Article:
What are the Rules?

By Phillip Garside

While setting up playdates or sleepovers, we try to respect any rules that parents impart for our guests. It turns out different parents have different methods of setting rules for their children. In navigating one such situation, we were dealing with a child whose parents had separated. This common situation compounds the complexity by adding two sets of alternate rules for the visiting child. 

It was in that context we were discussing a certain behavior and, what was hidden from the wise and the learned, was revealed to the child. Our guest simply said, “Every adult has different rules.” 

From the child’s point of view, it’s true. Every teacher, each parent (even when they try to coordinate) and into every room they go is an adult with a different set of rules. It’s not that different from our adult experience of having to navigate so many different social, civil and even religious systems.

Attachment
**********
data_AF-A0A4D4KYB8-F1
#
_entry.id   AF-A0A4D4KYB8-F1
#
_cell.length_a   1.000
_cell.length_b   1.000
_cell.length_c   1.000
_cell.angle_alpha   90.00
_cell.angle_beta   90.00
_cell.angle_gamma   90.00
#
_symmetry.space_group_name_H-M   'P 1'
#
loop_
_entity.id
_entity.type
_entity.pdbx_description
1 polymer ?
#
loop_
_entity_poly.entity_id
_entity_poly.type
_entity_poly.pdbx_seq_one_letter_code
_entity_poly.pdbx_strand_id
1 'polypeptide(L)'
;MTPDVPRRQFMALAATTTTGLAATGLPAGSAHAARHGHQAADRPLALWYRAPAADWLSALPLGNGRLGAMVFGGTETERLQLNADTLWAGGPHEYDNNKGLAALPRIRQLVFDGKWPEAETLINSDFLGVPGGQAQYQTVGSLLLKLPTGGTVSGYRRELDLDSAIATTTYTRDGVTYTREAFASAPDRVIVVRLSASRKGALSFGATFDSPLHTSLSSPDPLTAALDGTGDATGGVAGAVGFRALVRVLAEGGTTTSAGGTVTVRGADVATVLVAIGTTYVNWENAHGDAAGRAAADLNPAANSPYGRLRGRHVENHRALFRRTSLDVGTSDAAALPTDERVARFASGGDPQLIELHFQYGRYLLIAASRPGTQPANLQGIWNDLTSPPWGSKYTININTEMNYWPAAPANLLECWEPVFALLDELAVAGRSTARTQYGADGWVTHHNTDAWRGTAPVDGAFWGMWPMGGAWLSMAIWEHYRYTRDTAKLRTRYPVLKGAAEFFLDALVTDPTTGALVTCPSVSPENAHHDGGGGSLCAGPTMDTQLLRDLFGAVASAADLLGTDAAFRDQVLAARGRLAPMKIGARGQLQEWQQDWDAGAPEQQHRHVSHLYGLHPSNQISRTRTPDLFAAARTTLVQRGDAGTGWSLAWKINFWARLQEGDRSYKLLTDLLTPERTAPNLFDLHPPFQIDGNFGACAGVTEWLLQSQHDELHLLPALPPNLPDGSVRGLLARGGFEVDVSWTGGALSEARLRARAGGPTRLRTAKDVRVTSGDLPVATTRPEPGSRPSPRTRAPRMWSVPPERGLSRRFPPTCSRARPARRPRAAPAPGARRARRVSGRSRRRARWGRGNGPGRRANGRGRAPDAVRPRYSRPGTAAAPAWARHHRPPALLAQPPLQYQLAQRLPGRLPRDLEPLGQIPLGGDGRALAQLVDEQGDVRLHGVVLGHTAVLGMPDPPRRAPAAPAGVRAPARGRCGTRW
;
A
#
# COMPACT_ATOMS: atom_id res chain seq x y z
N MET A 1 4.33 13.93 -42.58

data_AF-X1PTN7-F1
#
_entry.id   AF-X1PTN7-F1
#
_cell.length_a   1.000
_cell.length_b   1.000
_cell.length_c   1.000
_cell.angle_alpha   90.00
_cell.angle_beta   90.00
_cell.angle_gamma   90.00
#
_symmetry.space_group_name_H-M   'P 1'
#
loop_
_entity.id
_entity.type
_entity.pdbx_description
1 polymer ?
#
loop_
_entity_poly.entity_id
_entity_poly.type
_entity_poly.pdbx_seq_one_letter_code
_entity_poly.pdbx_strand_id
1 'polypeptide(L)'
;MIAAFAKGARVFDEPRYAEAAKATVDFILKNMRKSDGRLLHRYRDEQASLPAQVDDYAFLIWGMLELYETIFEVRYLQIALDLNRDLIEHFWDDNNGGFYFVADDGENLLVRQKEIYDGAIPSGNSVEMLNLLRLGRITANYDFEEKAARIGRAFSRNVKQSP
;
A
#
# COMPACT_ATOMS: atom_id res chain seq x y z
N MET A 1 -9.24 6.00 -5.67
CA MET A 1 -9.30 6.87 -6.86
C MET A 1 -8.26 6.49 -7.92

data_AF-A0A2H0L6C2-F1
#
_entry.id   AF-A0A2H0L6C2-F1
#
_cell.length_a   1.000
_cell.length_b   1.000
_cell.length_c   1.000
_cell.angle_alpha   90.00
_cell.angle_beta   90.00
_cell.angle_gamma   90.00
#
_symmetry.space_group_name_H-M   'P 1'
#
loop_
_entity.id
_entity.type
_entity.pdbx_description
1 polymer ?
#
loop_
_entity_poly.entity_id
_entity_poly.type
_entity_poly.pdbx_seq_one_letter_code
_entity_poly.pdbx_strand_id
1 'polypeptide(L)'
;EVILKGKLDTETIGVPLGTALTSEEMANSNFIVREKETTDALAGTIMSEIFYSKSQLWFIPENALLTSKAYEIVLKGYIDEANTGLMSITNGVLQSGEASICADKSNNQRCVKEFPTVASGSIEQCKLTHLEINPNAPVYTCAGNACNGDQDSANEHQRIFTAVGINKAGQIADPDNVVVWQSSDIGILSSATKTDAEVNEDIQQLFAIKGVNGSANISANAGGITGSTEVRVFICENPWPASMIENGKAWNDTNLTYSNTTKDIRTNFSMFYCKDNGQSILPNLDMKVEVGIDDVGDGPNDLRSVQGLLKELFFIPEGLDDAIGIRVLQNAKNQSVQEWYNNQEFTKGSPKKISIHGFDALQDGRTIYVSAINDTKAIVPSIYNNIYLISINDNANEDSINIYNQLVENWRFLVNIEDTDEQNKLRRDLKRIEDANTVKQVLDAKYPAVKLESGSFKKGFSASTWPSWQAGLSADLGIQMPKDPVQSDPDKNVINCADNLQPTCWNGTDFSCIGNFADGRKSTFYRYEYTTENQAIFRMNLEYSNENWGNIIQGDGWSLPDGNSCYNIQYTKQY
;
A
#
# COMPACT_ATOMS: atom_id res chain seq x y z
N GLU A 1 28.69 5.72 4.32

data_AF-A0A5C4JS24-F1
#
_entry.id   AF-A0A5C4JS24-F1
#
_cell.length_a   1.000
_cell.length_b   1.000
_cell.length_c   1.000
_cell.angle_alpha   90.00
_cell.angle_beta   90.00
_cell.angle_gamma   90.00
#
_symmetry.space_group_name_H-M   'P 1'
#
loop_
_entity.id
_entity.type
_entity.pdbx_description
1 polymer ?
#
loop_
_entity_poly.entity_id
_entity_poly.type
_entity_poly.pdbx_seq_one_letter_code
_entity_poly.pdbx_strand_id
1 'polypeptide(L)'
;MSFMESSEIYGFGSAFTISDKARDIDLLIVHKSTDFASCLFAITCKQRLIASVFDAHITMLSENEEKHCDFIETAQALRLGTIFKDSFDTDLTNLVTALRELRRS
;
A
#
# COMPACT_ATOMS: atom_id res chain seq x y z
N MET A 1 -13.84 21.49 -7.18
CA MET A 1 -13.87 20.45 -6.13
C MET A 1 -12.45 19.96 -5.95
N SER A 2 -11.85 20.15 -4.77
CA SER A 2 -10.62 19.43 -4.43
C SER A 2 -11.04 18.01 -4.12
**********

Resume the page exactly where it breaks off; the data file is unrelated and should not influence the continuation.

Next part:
How do you help children make sense of so many various sets of rules? How do we help them know which rules are “right,” which rules to “put up with” and which rules are dangerous and need to be rejected? How do we make sense of it ourselves? 

It helps to have a calibrating principle. For example, our principle for our children is “safety.” If we can explain it by that principle, the rule is hard and fast. If it does not adhere to, but also does not contradict that principle, the rule can be “put up with.” If it does contradict that principle, it must be rejected. And, finally, if an action adheres differently to the principle in different situations, then the “rules” must adapt. 

In raising children, we chose “safety” because it can start biologically. As the children mature, it can expand to psychology and, ultimately, to spirituality.

The goal is to, ultimately, translate that supreme “spiritual safety” to Christ’s teaching of our primary calibrating principle: love. Love of God and love of neighbor is the principle upon which all of the law and the prophets hinge. 

It is by this relationship that we judge which rules are binding, which can be tolerated, which must be rejected and how we must adapt to the complex terrain of existence. 

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